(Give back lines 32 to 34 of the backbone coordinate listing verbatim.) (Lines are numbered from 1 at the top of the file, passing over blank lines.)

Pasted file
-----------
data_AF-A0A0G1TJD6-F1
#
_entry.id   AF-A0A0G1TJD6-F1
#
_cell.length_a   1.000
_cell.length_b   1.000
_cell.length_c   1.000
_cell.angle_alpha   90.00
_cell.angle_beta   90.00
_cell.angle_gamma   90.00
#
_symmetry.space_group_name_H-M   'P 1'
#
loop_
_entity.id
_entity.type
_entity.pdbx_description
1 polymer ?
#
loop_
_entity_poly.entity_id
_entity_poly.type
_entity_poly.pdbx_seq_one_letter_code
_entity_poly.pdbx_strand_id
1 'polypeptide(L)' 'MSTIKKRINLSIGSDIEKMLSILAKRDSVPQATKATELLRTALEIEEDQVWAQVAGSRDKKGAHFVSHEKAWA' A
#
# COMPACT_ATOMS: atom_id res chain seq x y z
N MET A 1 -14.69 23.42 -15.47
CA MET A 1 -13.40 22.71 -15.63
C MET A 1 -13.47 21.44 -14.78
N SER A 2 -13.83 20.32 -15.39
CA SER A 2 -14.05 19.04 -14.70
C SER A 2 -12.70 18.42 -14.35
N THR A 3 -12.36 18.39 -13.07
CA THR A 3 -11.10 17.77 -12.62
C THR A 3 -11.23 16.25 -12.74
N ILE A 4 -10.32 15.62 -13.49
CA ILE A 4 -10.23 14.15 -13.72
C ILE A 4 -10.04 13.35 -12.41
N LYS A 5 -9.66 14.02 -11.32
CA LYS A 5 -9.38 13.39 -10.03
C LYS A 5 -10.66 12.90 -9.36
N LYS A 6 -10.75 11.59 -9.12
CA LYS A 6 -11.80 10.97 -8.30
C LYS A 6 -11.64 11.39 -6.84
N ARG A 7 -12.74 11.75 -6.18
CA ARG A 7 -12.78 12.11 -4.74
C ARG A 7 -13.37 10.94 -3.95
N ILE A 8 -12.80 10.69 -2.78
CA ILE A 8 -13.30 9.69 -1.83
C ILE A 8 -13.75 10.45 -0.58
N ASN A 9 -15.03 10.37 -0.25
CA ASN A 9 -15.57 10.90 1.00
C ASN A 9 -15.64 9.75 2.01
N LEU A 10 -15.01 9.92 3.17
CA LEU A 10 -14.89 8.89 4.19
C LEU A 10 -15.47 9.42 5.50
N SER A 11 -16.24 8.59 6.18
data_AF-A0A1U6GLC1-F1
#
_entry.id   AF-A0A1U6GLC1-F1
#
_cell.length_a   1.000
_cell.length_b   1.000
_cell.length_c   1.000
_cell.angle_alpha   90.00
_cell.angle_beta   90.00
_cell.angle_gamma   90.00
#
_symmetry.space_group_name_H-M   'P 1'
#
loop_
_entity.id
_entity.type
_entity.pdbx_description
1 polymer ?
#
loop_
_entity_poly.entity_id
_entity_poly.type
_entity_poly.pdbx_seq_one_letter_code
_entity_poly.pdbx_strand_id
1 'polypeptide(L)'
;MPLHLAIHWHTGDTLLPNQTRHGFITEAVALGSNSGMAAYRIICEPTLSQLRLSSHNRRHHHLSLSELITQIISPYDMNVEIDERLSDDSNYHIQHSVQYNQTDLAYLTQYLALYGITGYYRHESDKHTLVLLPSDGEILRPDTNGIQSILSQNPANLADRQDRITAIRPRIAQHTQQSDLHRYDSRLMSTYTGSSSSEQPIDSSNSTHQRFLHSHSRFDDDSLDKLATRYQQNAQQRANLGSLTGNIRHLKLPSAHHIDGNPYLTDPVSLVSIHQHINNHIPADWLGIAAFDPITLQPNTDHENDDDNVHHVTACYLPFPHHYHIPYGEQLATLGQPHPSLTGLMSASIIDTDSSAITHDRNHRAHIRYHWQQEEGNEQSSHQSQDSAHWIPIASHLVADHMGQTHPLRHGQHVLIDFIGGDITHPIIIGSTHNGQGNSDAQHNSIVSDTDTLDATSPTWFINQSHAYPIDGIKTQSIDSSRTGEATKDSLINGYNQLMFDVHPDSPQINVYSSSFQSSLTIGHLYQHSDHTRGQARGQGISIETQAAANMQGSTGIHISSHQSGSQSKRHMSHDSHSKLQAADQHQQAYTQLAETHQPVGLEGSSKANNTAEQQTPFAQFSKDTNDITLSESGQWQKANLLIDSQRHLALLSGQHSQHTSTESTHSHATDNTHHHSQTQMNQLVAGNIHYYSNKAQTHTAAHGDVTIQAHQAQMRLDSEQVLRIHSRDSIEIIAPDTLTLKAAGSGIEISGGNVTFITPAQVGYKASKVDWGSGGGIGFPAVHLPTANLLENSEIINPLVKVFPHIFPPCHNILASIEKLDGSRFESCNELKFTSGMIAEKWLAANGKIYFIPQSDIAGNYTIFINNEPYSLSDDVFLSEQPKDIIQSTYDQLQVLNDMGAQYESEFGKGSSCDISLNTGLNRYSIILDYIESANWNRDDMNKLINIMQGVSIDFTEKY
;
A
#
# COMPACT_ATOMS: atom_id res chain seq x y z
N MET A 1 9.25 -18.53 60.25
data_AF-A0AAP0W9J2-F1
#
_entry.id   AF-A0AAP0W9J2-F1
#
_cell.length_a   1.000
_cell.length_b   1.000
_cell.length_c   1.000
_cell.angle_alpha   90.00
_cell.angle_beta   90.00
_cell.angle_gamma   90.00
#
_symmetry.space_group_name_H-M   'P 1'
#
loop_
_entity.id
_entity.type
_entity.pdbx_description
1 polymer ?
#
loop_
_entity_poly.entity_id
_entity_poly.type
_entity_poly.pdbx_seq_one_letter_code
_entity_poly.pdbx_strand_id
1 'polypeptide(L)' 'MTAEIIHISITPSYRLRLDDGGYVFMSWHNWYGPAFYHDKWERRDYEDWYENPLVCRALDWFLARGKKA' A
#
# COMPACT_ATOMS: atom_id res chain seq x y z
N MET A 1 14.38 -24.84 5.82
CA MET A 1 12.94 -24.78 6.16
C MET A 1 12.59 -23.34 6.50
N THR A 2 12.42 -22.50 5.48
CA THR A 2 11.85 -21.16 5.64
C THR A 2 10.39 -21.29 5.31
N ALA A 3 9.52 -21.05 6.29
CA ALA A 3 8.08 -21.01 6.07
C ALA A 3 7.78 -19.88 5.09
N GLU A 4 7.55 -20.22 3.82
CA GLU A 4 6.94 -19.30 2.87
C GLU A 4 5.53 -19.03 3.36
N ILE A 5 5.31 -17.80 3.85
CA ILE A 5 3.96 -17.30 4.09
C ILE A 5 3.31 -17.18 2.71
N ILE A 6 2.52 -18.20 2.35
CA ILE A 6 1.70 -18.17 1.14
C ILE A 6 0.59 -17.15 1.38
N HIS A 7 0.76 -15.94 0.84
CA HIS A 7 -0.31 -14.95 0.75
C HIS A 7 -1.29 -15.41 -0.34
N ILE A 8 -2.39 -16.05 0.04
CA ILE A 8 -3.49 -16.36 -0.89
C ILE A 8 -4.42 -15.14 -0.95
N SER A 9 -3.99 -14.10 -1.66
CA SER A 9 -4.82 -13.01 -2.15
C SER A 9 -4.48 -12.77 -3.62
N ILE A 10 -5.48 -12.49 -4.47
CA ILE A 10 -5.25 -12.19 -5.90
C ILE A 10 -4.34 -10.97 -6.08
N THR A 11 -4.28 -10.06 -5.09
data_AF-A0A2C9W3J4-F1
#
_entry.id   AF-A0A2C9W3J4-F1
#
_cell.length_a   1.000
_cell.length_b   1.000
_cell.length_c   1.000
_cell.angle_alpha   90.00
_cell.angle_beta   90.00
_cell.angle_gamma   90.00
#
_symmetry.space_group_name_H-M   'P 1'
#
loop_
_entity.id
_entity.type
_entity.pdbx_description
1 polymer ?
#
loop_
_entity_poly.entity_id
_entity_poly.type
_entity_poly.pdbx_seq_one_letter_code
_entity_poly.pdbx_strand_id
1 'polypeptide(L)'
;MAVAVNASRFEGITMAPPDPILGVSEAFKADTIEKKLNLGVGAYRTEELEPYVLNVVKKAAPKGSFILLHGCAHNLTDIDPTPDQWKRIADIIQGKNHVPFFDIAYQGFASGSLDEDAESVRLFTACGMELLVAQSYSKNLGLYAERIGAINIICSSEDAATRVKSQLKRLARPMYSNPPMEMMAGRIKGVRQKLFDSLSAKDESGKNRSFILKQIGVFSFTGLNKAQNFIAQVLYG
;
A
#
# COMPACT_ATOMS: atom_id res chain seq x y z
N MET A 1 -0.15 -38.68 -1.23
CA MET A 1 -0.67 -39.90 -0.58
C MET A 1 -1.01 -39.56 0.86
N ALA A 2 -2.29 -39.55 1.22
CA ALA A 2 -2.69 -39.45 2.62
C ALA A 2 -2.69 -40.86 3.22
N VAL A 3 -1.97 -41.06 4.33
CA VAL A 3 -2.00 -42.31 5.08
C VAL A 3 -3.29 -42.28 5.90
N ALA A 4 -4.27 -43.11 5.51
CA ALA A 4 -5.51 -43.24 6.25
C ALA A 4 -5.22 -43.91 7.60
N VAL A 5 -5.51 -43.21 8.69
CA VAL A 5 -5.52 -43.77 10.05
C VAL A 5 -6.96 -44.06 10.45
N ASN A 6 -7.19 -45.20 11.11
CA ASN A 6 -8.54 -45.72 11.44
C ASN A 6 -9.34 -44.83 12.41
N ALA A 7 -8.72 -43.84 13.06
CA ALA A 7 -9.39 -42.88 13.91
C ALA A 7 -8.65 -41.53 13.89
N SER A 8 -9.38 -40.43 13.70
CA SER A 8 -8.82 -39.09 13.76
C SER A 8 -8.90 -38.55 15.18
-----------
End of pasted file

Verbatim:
CA SER A 2 -14.05 19.04 -14.70
C SER A 2 -12.70 18.42 -14.35
N THR A 3 -12.36 18.39 -13.07